It took part in the Battle of Shiloh on April 6 and 7, 1862 where it lost 113 men (killed and wounded). A few weeks later, the unit was reorganized as the 49th Regiment on 8 May 1862 and was sent to Vicksburg, with Breckinridge's Brigade, and was engaged in the defense of the place when it was bombarded in 1862. On August 6, 1862, the regiment fought at Baton Rouge with a loss of 45 (killed and wounded). Joining the army of General Earl Van Dorn, the 49th was engaged in the assault on Corinth (October 3rd and 4th, 1862) and suffered very severely there. Consolidated with the 27th Infantry and 6th Battalion from October 1862 through January 1863, the regiment was ordered to Port Hudson to pass the winter. The regiment was brigaded with the 27th and 35th Alabama, and two Mississippi regiments under Gen. Abraham Buford, who was soon succeeded by General William Beall. The 49th shared the dangers and hardships of the 42 days siege of Port Hudson, losing 55 men k and w with the reminder captured, 8 July 1863. Exchanged three months later, the 49th was re-organized at Cahaba and attached to the brigade of Gen. Thomas M. Scott of Louisiana, with the 12th Louisiana, and 27th, 35th, 55th, and 57th Alabama regiments. Joining the main army at Dalton, the brigade was assigned to William W. Loring's Division, Alexander P. Stewart's Corps. Having wintered at Dalton, the 49th participated in the Dalton-Atlanta Campaign, doing much arduous service, but losing inconsiderably. Around Atlanta, it was again fully engaged and suffered severely. It moved with Gen. John Bell Hood into Tennessee and came out of the battles of Franklin and Nashville with a long list of casualties and captured men. Transferred to the Carolinas, the 49th took part in the operations there. Reduced to a skeleton and consolidated with the 27th, 35th, 55th and 57th Regiments, it was surrendered at Smithfield, NC, 9 April 1865.
Field and Staff Officers: Cols. Smith D. Hale (Madison; retired); Jeptha Edwards (DeKalb; captured, Port Hudson); Lt. Cols. Montgomery Gilbreath (Marshall; resigned); William N. Crump (Blount; retired); John D. Weeden (Madison; wounded, Nashville, and captured); Majors B. C. Johnston (Marshall; retired); John D. Weeden (promoted); Thomas A. Street (Marshall; captured, Port Hudson); Adjutants John D. Weeden (promoted); C. E. Merrill (Dallas; wounded, Corinth, Franklin)

'The regiment acted with praiseworthy gallantry in this action.'
- Col. Robert Trabue, the Battle of Shiloh, April 6 and 7, 1862.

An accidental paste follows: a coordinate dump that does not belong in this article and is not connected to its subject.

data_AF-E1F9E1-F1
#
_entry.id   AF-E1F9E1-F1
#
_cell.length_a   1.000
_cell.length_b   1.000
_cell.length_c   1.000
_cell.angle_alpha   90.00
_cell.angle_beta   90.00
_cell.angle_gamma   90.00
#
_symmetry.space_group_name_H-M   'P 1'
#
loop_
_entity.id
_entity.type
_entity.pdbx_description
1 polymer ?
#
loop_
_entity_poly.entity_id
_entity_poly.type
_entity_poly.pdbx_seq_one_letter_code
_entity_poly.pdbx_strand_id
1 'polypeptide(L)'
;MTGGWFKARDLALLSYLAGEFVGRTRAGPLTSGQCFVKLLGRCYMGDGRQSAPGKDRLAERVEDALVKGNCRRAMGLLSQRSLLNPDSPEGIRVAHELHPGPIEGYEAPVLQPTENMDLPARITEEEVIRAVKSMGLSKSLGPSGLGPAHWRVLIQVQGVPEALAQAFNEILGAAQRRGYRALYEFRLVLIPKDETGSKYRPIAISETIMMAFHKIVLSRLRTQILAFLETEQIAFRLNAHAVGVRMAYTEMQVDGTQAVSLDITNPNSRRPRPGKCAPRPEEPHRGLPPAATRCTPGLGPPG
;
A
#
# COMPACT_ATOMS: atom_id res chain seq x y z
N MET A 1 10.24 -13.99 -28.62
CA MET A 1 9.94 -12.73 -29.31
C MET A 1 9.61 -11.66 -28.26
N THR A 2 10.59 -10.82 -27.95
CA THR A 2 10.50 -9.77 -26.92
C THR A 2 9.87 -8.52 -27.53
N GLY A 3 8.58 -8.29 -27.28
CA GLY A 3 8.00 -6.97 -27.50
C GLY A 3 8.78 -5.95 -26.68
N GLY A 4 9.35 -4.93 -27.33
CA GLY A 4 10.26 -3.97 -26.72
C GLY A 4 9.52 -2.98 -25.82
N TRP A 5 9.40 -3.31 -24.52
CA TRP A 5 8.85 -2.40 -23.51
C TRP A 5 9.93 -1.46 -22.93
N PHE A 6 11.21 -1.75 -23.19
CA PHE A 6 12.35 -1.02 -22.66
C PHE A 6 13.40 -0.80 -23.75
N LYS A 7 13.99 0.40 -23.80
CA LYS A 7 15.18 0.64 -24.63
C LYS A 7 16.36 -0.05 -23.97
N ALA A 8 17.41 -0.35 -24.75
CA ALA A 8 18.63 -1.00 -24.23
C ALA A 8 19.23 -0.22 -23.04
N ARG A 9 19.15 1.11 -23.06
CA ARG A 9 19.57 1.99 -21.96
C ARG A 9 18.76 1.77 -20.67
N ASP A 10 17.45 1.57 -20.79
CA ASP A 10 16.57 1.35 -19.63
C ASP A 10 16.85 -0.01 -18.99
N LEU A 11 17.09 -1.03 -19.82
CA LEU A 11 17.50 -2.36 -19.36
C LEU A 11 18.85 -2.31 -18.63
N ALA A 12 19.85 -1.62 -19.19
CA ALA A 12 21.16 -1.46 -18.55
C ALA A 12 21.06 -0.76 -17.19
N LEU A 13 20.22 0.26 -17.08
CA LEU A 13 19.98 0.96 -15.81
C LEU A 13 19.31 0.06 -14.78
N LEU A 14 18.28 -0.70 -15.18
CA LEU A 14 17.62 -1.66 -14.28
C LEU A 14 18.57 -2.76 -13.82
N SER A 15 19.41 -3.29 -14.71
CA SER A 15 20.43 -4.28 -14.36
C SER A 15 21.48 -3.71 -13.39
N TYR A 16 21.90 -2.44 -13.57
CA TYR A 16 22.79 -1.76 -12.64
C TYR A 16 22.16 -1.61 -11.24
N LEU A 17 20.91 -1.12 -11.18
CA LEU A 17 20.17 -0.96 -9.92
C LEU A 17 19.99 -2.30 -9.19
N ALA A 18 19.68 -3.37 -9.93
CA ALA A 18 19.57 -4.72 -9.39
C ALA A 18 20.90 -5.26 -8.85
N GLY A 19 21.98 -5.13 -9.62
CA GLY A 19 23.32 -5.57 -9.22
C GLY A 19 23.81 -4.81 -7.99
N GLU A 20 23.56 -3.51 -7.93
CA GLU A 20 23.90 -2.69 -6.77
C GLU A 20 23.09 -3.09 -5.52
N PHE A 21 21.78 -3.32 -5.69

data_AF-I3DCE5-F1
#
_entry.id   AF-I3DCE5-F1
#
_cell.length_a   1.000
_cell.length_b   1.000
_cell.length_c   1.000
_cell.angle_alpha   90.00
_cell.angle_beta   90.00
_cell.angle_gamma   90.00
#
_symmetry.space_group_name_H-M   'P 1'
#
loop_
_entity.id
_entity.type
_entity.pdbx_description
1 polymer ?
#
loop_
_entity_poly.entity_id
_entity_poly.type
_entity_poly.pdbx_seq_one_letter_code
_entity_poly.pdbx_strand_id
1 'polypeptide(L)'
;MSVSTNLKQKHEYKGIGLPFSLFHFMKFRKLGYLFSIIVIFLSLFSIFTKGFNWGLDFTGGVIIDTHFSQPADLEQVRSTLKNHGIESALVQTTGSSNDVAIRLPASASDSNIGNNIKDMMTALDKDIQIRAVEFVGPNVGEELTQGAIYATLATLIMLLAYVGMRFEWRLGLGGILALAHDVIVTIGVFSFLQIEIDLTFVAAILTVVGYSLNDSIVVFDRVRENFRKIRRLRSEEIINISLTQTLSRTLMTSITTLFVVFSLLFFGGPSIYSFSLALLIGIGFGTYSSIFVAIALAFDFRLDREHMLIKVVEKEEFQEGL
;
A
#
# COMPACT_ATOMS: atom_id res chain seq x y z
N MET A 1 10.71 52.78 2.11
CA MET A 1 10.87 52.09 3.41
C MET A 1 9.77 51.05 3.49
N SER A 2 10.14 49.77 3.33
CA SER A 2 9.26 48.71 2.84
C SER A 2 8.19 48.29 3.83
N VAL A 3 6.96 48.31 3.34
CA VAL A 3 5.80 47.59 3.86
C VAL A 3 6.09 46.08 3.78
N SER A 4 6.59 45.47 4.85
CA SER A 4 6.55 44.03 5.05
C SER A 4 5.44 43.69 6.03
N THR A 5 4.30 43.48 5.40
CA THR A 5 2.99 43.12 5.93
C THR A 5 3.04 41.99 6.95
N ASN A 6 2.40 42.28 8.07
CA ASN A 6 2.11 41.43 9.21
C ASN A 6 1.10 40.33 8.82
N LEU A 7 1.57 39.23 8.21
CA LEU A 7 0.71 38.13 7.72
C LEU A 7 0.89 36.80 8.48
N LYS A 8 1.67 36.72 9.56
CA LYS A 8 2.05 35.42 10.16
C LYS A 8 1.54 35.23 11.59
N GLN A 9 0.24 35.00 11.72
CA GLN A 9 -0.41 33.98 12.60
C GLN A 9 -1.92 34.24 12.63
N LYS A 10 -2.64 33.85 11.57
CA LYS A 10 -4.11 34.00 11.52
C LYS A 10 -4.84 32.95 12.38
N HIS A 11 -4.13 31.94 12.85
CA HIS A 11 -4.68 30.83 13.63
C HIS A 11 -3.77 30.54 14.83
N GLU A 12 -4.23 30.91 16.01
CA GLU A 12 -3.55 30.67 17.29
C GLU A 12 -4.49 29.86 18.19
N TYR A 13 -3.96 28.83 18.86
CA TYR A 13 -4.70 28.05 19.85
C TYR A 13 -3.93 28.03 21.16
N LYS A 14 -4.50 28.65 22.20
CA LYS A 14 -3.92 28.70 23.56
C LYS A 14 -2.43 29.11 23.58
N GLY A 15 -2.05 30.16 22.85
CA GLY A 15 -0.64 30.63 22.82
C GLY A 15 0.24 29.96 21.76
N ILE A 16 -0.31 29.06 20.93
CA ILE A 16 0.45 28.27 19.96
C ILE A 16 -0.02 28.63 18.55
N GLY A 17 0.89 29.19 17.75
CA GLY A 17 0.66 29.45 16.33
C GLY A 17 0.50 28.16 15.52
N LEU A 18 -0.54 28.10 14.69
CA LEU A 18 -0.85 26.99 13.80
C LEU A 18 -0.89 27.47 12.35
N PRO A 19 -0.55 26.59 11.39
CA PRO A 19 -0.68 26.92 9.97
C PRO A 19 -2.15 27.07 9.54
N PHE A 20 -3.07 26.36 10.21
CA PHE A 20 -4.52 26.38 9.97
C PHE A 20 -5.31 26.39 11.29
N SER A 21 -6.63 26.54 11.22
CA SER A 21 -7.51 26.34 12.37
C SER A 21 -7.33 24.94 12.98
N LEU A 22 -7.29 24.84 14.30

The roster of Company B "The DeKalb Rifles" (Those marked in RED did not survive the war.)
Soldier's Name Soldier's Rank Notes
Baldwin, Charles McDonough
Probably the son of Hiram Baldwin of South Carolina and brother to John William Baldwin. Charles was born around 1850 in Cherokee Co., AL.
Baldwin, F.M.
No rank given

Baldwin, George Washington
He was living in Guntersville, Marshall Co., AL in 1860. (US Census, Marshall Co., AL page 924).
Baldwin, John William
Probably the son of Hiram Baldwin of South Carolina. John W. Baldwin was born abt. 1834 in SC, married Sarah Ann Hollenshed in Calhoun Co., AL in 1857, and died in 1863 in DeKalb Co., AL His daughter, Georgia Ann said that her father had tried to stay out of the Civil War because he had a wife and two small children. She said that the Union Soldiers came to their home, in DeKalb County, Alabama, and took her father out into the woods behind the house, shot and killed him. They then just rode off. Her mother then married Andrew J. Berry and moved to Arkansas.
Baldwin, Joseph Tade (Tate)

Baldwin, Martin Van Buren

Baney, W.S.

Baxter, George Washington
He was born about 1832 in Lebanon, DeKalb County, Alabama. He was adopted by Jesse and Temperance Baxter. He was married to Elizabeth.
Bearden, G. M.

Bingham, W. J.
2nd Lt.

Bookout, Silas Levi
He is probably connected to the Bradley County, TN Bookout family which moved through Alabama to Arkansas before 1860. Silas Bookout was living in the second District of DeKalb County in the 1860 US Census (page 148) in the household of his father Silas Bookout, Sr. and mother Mary.
Brazeale, Elias De Loach
He was listed as Elias D. Brazile age 26 (born in Alabama) in the 1860 census in Division 2, DeKalb County, Alabama (page 147). His wife was Martha. He is the ancestor of Carl Anthony (Tony) Brazell
Bryant, Preston
Probably Presley/Preston Bryant b. ca 1823 in Georgia.
Bryant, Thomas
Probably the son of William and Lucinda Bryant of DeKalb County, Alabama. He was born abt. 1842 in Tennessee.
Burt, Groves
He is believed to be the son of John Burt of Georgia. He was born about 1824 in Tennessee. He was living in the Northern District of DeKalb Co., AL in 1860. In 1880, he was age 56, living at Beat 5, Dekalb Co., Alabama. He married Mary Caroline Unknown.
Camp, John Marion
Probably the John M. Camp, age 23 listed in District 3, Cherokee Co., Alabama in 1860 (page 128). His wife was Mary.